Windows PowerShell in Action

Bruce Payette

Mentioned 7

A guide to using Windows PowerShell to script Windows administrative tasks and control Windows from the command line.

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Mentioned in questions and answers.

I played with one of the early beta versions of PowerShell V1, but haven't used it since it went "gold". What is the best way to get started using PowerShell?

Which version of PowerShell should I be using (V1.0 vs 2.0 CTP's)? What are you using PowerShell for? Are there any tools that make using PowerShell easier (that is, development environments)?

There are a number of PowerShell tools, for example,

And the Powershell team has a blog.

Count me in with a vote for PowerShell in Action. There are a bunch of blogs out there as well, check out //\O//'s blog, The Huddled Masses, and JB's Powershell (SQL) as well, they go way back with the shell and have gobs of good scripts & snippets to look at.

You can exit PowerShell by typing exit. So far so good. But what exactly is this?

PS Home:\> gcm exit
Get-Command : The term 'exit' is not recognized as the name of a cmdlet, function, script file, or operable program. Ch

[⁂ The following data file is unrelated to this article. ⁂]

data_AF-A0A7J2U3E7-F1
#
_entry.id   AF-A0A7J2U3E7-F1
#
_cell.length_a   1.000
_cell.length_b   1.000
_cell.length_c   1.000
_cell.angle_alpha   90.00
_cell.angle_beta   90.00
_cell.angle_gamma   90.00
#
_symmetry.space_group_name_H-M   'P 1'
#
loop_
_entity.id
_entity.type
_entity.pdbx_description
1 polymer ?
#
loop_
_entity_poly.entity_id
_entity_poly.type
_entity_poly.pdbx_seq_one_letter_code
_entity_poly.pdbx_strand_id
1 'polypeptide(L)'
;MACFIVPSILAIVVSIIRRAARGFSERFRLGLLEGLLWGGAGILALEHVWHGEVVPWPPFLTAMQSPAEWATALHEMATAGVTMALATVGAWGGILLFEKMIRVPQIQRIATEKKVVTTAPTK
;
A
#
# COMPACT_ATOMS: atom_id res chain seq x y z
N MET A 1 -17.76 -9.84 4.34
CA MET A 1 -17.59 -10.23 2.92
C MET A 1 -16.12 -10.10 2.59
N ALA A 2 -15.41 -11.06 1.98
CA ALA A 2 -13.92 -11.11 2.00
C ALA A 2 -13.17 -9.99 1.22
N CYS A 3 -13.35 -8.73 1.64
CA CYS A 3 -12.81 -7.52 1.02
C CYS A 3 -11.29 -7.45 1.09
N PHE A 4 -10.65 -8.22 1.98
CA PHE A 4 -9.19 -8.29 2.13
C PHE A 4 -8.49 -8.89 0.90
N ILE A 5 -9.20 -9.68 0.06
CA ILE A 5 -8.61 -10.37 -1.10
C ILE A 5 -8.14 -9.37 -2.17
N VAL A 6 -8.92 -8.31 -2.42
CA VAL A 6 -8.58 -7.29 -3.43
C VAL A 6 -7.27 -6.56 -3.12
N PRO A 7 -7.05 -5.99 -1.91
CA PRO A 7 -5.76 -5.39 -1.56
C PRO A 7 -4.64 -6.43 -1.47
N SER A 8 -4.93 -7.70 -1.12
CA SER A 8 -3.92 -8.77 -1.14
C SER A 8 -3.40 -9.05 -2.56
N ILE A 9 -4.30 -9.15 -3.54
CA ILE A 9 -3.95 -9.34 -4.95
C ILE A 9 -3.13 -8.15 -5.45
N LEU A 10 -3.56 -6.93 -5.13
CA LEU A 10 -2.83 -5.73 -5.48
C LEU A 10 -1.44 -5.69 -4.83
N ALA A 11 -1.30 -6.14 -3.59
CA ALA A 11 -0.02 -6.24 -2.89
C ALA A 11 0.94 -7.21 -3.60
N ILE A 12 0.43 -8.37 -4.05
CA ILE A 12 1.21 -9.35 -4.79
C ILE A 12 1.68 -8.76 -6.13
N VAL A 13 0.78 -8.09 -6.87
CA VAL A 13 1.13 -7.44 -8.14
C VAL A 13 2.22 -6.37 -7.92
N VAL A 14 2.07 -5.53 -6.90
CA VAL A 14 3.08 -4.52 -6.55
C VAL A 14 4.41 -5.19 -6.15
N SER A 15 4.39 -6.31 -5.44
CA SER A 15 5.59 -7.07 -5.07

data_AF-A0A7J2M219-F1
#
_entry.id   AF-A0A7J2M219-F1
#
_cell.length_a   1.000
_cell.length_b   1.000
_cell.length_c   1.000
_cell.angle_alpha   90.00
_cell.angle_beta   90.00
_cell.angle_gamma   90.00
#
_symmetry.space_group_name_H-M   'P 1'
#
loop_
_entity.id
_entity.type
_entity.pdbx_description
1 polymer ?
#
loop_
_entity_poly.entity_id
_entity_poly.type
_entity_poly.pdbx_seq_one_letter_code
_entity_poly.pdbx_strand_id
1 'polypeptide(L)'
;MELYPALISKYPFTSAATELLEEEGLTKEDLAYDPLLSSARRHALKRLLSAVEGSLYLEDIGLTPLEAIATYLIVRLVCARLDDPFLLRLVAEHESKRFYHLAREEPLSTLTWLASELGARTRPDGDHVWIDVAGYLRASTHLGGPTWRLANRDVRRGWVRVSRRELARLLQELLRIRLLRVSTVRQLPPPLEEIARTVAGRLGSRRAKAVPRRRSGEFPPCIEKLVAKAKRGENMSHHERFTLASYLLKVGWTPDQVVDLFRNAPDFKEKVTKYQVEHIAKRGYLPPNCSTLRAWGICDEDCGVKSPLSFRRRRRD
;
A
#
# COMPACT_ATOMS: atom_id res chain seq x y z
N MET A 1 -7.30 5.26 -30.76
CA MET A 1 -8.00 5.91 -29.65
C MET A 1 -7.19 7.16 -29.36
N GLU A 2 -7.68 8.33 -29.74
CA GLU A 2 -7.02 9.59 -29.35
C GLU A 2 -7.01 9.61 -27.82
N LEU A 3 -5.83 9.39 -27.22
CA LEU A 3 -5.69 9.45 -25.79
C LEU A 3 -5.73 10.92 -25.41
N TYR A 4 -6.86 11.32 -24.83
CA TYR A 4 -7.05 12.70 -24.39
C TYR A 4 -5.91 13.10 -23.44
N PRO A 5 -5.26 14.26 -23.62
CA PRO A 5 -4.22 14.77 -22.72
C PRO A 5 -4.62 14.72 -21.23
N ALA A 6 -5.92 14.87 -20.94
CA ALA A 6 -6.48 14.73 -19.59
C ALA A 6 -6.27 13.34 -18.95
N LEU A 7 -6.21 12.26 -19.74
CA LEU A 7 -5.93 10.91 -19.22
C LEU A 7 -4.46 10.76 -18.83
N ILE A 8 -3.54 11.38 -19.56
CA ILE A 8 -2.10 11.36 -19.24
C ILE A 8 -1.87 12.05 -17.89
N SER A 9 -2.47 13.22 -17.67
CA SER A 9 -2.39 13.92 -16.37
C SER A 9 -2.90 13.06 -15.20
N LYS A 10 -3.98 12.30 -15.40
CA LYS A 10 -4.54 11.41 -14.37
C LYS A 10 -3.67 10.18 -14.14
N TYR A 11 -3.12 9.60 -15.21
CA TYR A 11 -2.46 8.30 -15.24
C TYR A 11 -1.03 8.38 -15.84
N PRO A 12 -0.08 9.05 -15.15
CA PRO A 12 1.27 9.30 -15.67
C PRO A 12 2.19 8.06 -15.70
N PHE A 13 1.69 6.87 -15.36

eck the spelling of the name, or if a path was included, verify that the path is correct and try again.
At line:1 char:4
+ gcm <<<<  exit
    + CategoryInfo          : ObjectNotFound: (exit:String) [Get-Command], CommandNotFoundException
    + FullyQualifiedErrorId : CommandNotFoundException,Microsoft.PowerShell.Commands.GetCommandCommand

So it's neither a cmdlet, function, script or program. It leaves the question what exactly it is.

This unfortunately also means that one can't create aliases to exit:

PS Home:\> New-Alias ^D exit
PS Home:\> ^D
Cannot resolve alias '♦' because it refers to term 'exit', which is not recognized as a cmdlet, function, operable prog
ram, or script file. Verify the term and try again.
At line:1 char:2
+ ♦ <<<<
    + CategoryInfo          : ObjectNotFound: (♦:String) [], CommandNotFoundException
    + FullyQualifiedErrorId : AliasNotResolvedException

Are there any more such commands which are no commands?

ETA: Just for reference: I know I can simply wrap it into a function. My profile has the lines